Asian Bioethics Review

, Volume 11, Issue 1, pp 95–109 | Cite as

Closing the Gap between Need and Uptake: a Case for Proactive Contraception Provision to Adolescents

  • Rebecca DuncanEmail author
  • Lynley Anderson
  • Neil Pickering
Original Paper


In New Zealand, there are adolescents who are at risk of pregnancy and who do not want to become pregnant, but are not using contraception. Cost and other barriers limit access to contraception. To address the gap between contraceptive need and contraceptive access, this paper puts forward the concept of proactive contraception provision, where adolescents are offered contraceptives directly. To strengthen the case for proactive contraception provision, this paper addresses a series of potential objections. One is that such a programme would cause harm; another that such a programme would not have sufficient benefit. In rebutting these objections, the conclusion is reached that proactive contraception provision is a model worth pursuing as a means of meeting the needs of the New Zealand adolescent population and may be of interest more widely.


Adolescent Access to contraceptives Contraception New Zealand 



  1. Abajobir, Amanuel Alemu, Joemer Calderon Maravilla, Rosa Alati, and Jackob Moses Najman. 2016. A systematic review and meta-analysis of the association between unintended pregnancy and perinatal depression. Journal of Affective Disorders 192: 56–63. Scholar
  2. ACOG. 2012. ACOG Committee opinion no. 539: adolescents and long-acting reversible contraception: implants and intrauterine devices. Obstetrics and Gynecology 120 (4): 983–988. Scholar
  3. Adams, Robert John. 2010. Improving health outcomes with better patient understanding and education. Risk Management and Healthcare Policy 3: 61–72. Scholar
  4. Advisory Committee on Assisted Reproductive Technology. 2018. Posthumous reproduction – a review of the current guidelines for the storage, use, and disposal of sperm from a deceased man to take into account gametes and embryos. Advisory Committee on Assisted Reproductive Technology. Accessed 13 November 2018.
  5. American Medical Association. n.d. AMA code of medical ethics. American Medical Association, revised June 2001. Accessed 20 March 2019.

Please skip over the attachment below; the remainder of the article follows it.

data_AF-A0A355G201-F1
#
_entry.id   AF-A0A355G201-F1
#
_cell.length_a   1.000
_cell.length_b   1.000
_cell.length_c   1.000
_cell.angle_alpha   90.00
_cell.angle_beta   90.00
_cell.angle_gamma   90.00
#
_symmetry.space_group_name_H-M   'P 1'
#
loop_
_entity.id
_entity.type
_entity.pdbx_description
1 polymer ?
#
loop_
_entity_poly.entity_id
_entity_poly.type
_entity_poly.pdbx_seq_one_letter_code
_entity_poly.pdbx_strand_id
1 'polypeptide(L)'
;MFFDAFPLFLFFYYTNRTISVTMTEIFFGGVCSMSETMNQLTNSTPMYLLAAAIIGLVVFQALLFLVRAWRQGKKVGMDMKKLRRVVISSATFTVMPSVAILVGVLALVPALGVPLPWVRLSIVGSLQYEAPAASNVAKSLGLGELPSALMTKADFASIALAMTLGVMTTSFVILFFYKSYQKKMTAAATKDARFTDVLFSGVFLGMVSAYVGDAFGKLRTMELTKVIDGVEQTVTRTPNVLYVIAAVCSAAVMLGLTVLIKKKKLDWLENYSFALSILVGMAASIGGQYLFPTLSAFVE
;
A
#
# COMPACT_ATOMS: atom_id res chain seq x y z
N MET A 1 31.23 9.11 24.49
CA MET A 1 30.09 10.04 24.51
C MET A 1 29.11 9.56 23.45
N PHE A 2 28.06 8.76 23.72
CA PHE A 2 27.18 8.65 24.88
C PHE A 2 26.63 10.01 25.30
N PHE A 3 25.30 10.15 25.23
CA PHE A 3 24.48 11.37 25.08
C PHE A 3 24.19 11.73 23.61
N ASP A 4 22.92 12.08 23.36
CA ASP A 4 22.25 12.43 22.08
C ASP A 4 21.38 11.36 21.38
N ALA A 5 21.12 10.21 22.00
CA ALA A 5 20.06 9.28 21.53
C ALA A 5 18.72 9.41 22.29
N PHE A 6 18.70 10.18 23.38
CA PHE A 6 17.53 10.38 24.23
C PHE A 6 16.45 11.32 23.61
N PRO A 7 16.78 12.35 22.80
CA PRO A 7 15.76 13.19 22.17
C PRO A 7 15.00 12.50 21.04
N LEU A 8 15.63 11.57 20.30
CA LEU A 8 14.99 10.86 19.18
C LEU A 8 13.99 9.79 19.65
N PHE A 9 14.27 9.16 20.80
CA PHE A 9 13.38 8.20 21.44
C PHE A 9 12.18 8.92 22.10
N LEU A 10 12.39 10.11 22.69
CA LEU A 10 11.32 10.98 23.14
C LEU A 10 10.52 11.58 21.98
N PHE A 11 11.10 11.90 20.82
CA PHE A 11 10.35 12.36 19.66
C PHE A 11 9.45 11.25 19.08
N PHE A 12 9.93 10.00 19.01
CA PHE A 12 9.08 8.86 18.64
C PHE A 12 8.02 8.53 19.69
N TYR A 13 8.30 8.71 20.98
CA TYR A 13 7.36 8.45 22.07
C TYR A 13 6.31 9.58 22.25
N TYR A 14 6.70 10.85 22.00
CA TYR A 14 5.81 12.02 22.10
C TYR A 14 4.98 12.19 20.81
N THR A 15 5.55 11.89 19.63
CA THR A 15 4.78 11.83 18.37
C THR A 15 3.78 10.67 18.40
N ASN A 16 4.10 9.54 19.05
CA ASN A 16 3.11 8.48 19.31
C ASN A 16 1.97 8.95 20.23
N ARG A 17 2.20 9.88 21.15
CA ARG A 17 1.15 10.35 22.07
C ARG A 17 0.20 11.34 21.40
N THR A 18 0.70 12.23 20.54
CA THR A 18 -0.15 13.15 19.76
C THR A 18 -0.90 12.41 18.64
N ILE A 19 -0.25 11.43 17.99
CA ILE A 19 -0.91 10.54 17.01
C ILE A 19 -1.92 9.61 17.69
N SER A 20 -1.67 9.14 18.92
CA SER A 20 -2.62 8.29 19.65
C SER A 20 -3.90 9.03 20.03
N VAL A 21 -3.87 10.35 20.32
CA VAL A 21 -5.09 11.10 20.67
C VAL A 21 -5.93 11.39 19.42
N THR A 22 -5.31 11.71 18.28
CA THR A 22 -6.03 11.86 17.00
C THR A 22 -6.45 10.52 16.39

6. Babcock, Rebecca. 2016. Medical decision-making for minors: using care ethics to empower adolescents and amend the current power imbalances. Asian Bioethics Review 8 (1): 4–19. Scholar
  7. Bahamondes, Luis, M. Valeria Bahamondes, and Lee P. Shulman. 2015. Non-contraceptive benefits of hormonal and intrauterine reversible contraceptive methods. Human Reproduction Update 21 (5): 640–651. Scholar
  8. Barrett, Mark, and Kim Connolly-Stone. 1998. The treaty of Waitangi and social policy. Social Policy Journal of New Zealand 11: 29–48.Google Scholar
  9. Bateson, Deborah, Sukho Kang, Helen Paterson, and Kuldip Singh. 2017. A review of intrauterine contraception in the Asia-Pacific region. Contraception 95 (1): 40–49. Scholar
  10. Birgisson, Natalie E., Qiuhong Zhao, Gina M. Secura, Tessa Madden, and Jeffrey F. Peipert. 2015. Preventing unintended pregnancy: the contraceptive CHOICE project in review. Journal of Women’s Health 24 (5): 349–353. Scholar
  11. Blanc, Ann K., Amy O. Tsui, Trevor N. Croft, and Jamie L. Trevitt. 2009. Patterns and trends in adolescents’ contraceptive use and discontinuation in developing countries and comparisons with adult women. International Perspectives on Sexual and Reproductive Health 35 (2): 63–71. Scholar
  12. Brown, George F., and Ellen H. Moskowitz. 1997. Moral and policy issues in long-acting contraception. Annual Review of Public Health 18 (1): 379–400.CrossRefGoogle Scholar
  13. Care of Children Act 2004 (New Zealand). Accessed 20 March 2019.
  14. Clark, Terryann C., Theresa M. Fleming, Patricia Bullen, Simon J. Denny, Sue Crengle, Ben Dyson, Sarah Fortune, Mathijs F.G. Lucassen, Roshini Peiris-John, and Elizabeth M. Robinson. 2013. Youth’12 overview: the health and wellbeing of New Zealand secondary school students in 2012. Auckland: University of Auckland. Accessed 20 March 2019.
  15. Clark, Terryann C., Mathijs F.G. Lucassen, Theresa M. Fleming, Roshini Peiris-John, Amio Ikihele, Tasileta Teevale, Elizabeth M. Robinson, and Sue Crengle. 2016. Changes in the sexual health behaviours of New Zealand secondary school students, 2001–2012: findings from a national survey series. Australian and New Zealand Journal of Public Health 40 (4): 329–336.
  16. Crimes Amendment Act 2015 (New Zealand). Accessed 20 March 2019.
  17. Duncan, Rebecca, Helen Paterson, Lynley Anderson, and Neil Pickering. 2019. A qualitative analysis of adolescents’ opinions of proactive long-acting reversible contraceptive (LARC) provision. New Zealand Medical Journal 132 (1488).Google Scholar